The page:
Lemonade and Lemon Ice Pops

Cold, refreshing, lemonade!

As the summer gets hotter, we’re all looking for things that are cool and refreshing. There’s something about lemon that is bright and reviving on even the hottest days. Commercial lemonade tends to be too sweet for my taste. I like to taste the flavor of the lemon, and super sugary drinks don’t feel like they really quench thirst, especially since they leave my mouth sticky. So my formula for lemonade is a bright slightly tart one. If you want it sweeter, you can add make it sweeter, of course. A good idea is to make the basic batch that I make, then let everyone sweeten their glasses to their own taste if they they prefer something sweeter. I also use this same formula to make ice pops. After mixing it up, pour a bit into your favorite popsicle mold. Unless you’ve got a lot of popsicle molds, you’ll still have plenty left to drink because it makes 9 cups total.

  • 8 cups water
  • 1 cup Real Lemon lemon juice
  • 1/2 cup sugar (or equivalent of your preferred sweetener)

I use warm water to mix this up so that the sugar dissolves quickly and easily. If using something like honey or agave nectar, the temperature of the water wouldn’t be a factor. However, if you use something other than sugar, be sure to adjust the amount according to how sweet your sweetener is. A half cup of honey, for instance, will be sweeter than a half cup of sugar. So the amount of sweetener you use is dependent on what you use to sweeten the lemonade — as well as your own personal taste for how sweet you want it to be. My formula is a good starting place. It’s delicious as is, but is easily adjusted to suit individual tastes.

Stir the sugar into the warm water until dissolved. Add the lemon juice. Stir. The mixture will be cloudy. Chill thoroughly.

If making lemon ice popsicles, fill popsicle molds not quite to the top (liquid expands as it freezes). They’re ready to eat when they’re frozen solid. Honestly, I don’t know how long it will take to freeze. It depends on the size and shape (volume) of your popsicle molds. I typically don’t reach for a popsicle until the day after I put a batch into the freezer, but they should freeze faster than that! The sweet-tart flavor is perfect for a refreshing summer ice. Check out my Rocket Pops post for a different popsicle idea!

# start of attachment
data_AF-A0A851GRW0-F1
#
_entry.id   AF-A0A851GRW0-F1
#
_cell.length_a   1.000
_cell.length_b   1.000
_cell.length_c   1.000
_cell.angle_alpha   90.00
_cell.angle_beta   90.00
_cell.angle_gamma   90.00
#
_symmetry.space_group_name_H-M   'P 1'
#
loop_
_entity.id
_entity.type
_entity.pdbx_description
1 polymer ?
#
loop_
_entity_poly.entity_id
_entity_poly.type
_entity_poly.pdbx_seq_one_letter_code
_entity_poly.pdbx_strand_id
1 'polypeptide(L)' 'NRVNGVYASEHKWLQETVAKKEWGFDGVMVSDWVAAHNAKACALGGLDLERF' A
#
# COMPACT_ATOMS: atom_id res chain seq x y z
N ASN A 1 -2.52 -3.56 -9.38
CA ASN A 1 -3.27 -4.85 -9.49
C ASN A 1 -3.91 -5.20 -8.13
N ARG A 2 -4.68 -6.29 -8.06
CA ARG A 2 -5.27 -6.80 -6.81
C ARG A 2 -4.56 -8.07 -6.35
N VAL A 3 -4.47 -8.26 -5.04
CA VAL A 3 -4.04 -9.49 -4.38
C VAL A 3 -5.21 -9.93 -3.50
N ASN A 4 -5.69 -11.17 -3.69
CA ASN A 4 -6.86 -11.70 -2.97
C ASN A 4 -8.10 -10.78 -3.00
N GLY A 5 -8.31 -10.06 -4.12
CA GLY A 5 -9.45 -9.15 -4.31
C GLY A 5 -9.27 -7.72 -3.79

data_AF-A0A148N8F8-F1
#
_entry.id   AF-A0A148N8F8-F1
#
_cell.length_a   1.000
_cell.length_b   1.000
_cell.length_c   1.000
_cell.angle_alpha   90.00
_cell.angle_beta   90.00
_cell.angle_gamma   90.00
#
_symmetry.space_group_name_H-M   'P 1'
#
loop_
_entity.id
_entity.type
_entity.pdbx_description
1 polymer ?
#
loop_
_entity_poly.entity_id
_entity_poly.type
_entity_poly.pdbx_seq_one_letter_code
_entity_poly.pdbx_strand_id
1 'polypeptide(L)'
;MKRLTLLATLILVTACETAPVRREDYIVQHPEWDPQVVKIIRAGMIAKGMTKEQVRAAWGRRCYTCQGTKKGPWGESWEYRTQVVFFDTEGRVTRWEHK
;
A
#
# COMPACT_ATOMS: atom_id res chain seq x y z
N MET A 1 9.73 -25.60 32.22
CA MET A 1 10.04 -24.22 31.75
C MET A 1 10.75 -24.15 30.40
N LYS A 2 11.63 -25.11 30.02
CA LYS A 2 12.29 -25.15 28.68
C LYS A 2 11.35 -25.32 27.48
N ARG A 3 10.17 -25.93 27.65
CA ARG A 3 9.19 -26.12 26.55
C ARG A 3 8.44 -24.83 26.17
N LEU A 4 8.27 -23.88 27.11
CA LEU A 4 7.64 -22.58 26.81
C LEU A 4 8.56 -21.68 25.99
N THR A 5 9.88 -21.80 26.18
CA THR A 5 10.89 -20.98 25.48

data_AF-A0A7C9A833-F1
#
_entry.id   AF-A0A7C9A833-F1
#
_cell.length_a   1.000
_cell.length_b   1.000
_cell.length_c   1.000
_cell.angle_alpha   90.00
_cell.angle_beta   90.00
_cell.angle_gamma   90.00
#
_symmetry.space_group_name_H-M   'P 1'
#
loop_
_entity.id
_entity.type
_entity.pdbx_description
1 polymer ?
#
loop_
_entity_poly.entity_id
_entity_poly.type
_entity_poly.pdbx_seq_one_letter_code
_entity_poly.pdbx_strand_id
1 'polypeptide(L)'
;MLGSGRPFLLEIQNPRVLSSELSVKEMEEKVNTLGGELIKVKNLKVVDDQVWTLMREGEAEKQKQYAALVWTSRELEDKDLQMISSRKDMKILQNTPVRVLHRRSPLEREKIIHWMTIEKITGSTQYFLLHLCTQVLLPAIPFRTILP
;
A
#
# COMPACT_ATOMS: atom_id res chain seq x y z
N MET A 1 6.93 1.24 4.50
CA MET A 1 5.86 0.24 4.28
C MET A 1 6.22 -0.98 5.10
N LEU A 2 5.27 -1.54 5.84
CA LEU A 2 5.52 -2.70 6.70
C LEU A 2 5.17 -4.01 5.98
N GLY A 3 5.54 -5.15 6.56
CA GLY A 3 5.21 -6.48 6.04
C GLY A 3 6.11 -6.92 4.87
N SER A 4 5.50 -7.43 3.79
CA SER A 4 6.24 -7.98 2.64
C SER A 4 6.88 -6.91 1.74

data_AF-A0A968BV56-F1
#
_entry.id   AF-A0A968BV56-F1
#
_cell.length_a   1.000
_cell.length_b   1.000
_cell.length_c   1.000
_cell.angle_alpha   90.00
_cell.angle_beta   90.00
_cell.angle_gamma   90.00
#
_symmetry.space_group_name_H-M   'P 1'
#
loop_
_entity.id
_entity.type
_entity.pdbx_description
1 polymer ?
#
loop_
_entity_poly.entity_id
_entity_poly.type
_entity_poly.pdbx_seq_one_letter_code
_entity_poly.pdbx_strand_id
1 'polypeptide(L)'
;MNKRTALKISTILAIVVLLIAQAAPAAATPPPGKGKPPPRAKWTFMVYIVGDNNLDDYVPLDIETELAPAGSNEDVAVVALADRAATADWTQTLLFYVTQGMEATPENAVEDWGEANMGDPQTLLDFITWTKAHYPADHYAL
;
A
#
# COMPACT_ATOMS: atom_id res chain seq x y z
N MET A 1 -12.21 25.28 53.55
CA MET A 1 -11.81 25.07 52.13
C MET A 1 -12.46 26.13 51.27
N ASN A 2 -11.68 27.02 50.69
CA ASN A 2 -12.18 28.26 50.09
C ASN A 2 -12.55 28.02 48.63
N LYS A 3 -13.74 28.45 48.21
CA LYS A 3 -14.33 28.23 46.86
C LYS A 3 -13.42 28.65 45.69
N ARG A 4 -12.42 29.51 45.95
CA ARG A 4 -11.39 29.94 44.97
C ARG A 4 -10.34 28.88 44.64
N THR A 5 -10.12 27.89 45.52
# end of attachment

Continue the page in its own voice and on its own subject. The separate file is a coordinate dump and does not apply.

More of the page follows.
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Amok Tea

This was originally written in 2010.

Remember that Star Trek episode “Amok Time” where Spock, in the grip of raging hormones, throws a bowl of green plomeek soup at Nurse Chapel? I was forcibly reminded of it just now when I attempted to make Matcha in the blender only to have the top blow off (twice) spraying me and the kitchen in hot green liquid.

Why, you may ask, were you attempting to make a big pot of matcha in the blender? Well, I got the idea because a friend had given me a vortex mug which was sort of a mini blender travel mug. I used it for hot chocolate mostly, but also experimented with making matcha with it; afterall matcha is green tea powder that has to be whipped to a froth in hot water so I figured the mug would be an easy way to whip it, whip it good (apologies to Devo). It did OK, but the result was still a little gritty and tended to coagulate in the bottom of the mug. Then the mug gave up the ghost (a loose connection probably, that I haven’t been able to track down). So I was left with a small bag of unused matcha.

There’s not much I can do with it unless I get a bamboo whisk and do the whole tea ceremony thing…or I make it up using a much bigger, more powerful blender. Today I finally got around to trying it. When it erupted the first time, sending a hot green geyser up and out, spattering other appliances and the wall (not to mention me, yelping), I thought that I just didn’t have the little do-hickey in the top fastened down well. So it was with great surprise that the whole lid blew off when I fired it up again. 😯 Perhaps I filled it too full.